While major industries track an accelerating shift toward decarbonization, and climate researchers warn about a narrowing carbon budget, Big Think is out with a visualization of the world at 4.0°C average global warming.
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As the visualization shows, most of Africa, Latin America, China, the United States, and Mediterranean Europe become uninhabitable desert in the New Scientist scenario. Today, those regions collectively house some five billion people.
Cheerfully, if somewhat delusionally, Big Think notes that “there is also good news: Western Antarctica is no longer icy and uninhabitable.”
As did the map’s original cartographers, the website dreams of high-rise “smart cities in newly green and pleasant lands [in] northern Canada, Scandinavia, and Siberia.” It imagines that melted permafrost, “reliable precipitation, and warmer temperatures [will] provide ideal growing conditions for most of the world’s subsistence crops, bountiful harvests to feed the hundreds of millions of climate refugees who call those regions home.”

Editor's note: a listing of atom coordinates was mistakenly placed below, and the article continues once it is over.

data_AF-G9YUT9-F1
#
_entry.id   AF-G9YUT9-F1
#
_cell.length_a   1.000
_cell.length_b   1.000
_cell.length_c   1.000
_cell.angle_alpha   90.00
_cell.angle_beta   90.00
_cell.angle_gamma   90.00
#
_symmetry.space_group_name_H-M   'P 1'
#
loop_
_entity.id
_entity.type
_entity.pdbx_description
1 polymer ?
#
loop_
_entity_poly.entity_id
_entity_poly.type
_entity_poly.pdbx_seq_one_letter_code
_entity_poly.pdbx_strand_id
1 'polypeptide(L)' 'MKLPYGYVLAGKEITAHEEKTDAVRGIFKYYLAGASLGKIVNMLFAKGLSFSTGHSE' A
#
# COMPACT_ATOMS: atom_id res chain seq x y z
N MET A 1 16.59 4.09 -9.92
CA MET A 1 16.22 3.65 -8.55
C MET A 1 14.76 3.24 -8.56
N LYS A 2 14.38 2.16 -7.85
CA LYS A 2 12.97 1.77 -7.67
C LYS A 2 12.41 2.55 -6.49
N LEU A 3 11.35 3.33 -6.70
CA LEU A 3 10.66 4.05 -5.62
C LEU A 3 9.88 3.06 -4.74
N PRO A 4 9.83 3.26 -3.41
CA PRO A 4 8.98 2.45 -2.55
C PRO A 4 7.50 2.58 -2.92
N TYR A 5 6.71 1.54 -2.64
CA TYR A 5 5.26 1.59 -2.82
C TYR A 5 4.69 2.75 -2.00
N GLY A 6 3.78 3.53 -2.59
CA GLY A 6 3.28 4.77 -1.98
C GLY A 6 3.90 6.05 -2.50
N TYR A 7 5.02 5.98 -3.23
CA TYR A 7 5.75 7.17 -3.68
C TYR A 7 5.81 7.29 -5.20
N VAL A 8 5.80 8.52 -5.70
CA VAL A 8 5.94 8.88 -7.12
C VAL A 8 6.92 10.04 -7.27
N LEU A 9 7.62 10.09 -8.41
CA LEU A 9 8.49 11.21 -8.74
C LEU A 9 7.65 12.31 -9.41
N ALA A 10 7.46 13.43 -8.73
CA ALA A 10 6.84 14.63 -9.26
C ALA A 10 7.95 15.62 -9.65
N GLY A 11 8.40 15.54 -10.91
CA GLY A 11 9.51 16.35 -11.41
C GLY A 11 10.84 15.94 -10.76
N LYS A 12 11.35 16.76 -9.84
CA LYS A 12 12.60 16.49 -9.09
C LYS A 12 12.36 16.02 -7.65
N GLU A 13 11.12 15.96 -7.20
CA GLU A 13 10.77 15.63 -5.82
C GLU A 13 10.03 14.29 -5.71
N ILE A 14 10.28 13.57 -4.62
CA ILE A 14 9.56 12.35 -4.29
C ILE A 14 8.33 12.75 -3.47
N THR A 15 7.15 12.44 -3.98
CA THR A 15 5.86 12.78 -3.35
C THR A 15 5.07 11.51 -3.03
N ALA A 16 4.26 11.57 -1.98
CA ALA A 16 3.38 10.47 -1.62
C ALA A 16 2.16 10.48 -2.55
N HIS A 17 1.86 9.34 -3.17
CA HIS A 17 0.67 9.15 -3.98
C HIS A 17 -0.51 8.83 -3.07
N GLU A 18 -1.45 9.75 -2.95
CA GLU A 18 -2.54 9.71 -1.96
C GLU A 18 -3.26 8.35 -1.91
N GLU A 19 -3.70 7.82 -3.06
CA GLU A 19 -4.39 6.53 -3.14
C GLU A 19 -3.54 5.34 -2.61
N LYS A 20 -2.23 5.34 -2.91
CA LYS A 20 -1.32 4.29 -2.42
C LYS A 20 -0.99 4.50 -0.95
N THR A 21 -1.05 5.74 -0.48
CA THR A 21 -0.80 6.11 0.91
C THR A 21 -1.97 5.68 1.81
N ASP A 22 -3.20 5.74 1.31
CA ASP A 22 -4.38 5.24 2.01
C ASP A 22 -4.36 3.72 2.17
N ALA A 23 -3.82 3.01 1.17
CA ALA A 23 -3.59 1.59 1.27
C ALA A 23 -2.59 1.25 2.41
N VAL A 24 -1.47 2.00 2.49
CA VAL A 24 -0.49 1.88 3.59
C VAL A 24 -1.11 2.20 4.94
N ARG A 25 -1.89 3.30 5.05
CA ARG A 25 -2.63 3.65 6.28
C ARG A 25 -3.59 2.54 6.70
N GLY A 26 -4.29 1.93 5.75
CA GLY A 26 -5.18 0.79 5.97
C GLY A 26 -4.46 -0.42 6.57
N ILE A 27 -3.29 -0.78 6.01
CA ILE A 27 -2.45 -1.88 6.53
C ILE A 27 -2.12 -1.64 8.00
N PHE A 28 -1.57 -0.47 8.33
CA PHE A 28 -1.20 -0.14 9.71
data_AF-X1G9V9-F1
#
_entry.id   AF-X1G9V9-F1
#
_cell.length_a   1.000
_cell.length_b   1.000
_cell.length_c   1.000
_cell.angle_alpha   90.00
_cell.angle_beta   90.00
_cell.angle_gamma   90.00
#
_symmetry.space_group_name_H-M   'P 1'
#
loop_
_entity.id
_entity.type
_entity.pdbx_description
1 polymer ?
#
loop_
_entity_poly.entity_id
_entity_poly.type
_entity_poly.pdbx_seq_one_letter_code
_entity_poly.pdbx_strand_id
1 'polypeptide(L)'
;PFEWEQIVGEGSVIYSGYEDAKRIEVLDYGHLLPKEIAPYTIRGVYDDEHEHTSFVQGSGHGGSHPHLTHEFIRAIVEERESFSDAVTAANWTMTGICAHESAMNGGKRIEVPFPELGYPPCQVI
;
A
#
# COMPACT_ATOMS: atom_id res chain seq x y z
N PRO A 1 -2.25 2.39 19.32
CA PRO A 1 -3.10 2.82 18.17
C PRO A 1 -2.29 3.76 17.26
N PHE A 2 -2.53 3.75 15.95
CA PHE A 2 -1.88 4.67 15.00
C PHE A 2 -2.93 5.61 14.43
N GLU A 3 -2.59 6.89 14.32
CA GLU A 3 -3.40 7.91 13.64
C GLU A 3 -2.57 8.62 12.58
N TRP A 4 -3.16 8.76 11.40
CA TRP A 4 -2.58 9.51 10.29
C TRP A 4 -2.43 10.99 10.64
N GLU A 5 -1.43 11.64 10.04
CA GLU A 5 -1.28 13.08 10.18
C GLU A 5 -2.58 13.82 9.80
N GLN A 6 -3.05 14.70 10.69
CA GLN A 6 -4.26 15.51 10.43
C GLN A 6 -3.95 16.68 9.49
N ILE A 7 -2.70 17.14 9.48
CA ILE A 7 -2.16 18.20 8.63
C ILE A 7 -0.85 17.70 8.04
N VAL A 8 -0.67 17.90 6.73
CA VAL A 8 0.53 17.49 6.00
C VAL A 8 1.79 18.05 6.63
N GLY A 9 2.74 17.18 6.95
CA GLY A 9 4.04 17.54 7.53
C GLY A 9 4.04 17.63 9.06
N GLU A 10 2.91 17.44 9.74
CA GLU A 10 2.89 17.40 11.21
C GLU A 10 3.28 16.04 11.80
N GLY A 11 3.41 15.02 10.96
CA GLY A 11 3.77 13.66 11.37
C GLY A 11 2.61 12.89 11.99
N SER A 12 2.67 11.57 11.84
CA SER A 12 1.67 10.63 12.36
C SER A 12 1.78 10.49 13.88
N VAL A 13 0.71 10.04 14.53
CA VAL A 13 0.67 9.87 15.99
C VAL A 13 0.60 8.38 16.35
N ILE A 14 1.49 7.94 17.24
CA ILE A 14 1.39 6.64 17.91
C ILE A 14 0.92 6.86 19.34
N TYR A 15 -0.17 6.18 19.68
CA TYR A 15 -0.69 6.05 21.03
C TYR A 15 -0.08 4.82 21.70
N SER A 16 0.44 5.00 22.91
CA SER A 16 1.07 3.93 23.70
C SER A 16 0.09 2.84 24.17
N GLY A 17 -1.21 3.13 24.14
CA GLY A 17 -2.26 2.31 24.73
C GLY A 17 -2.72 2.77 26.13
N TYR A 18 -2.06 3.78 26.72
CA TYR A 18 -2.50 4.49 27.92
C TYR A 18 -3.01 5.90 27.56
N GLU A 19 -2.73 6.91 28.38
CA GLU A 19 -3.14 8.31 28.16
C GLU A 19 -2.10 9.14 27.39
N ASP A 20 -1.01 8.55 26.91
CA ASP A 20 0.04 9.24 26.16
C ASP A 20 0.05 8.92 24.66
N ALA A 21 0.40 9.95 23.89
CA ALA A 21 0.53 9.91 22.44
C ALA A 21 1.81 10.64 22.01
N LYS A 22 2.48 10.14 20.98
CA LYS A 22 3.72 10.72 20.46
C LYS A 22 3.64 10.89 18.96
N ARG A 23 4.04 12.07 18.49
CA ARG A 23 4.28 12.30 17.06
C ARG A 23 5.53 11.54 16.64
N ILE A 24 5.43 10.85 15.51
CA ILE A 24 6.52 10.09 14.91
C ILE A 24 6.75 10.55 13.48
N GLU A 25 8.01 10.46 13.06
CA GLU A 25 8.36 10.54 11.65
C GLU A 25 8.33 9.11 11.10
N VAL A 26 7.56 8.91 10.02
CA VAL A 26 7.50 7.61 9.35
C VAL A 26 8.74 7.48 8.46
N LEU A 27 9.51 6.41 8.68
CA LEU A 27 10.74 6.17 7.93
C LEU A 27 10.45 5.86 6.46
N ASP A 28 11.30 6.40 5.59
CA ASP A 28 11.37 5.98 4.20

(The visualization offers no insight into how more than 70% of humanity might integrate involuntarily yet peacefully into regions now occupied by the remaining 29%.)
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